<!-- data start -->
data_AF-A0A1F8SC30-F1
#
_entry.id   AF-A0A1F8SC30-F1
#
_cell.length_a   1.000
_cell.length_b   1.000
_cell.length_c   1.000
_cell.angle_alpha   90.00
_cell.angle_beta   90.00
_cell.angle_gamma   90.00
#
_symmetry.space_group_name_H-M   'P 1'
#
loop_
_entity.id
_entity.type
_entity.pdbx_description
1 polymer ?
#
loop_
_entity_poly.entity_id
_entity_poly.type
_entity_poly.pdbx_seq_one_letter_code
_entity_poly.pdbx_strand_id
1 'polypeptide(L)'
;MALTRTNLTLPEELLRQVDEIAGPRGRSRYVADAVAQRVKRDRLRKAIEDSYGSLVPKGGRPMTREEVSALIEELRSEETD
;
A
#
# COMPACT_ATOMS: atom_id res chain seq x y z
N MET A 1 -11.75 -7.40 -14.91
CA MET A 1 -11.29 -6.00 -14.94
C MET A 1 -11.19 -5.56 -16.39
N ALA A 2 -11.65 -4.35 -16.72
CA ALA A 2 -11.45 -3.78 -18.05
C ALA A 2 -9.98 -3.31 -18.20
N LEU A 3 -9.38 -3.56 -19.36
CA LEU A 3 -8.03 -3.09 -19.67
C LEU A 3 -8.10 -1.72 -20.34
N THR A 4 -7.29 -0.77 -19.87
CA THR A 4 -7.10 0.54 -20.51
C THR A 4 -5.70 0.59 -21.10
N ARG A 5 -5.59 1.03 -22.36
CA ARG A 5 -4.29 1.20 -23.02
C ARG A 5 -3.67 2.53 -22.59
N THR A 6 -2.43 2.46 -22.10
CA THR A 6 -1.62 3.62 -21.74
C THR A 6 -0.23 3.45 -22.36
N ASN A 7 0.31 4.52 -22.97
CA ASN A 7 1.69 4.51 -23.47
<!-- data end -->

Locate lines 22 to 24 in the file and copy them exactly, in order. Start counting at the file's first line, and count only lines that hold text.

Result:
_entity_poly.type
_entity_poly.pdbx_seq_one_letter_code
_entity_poly.pdbx_strand_id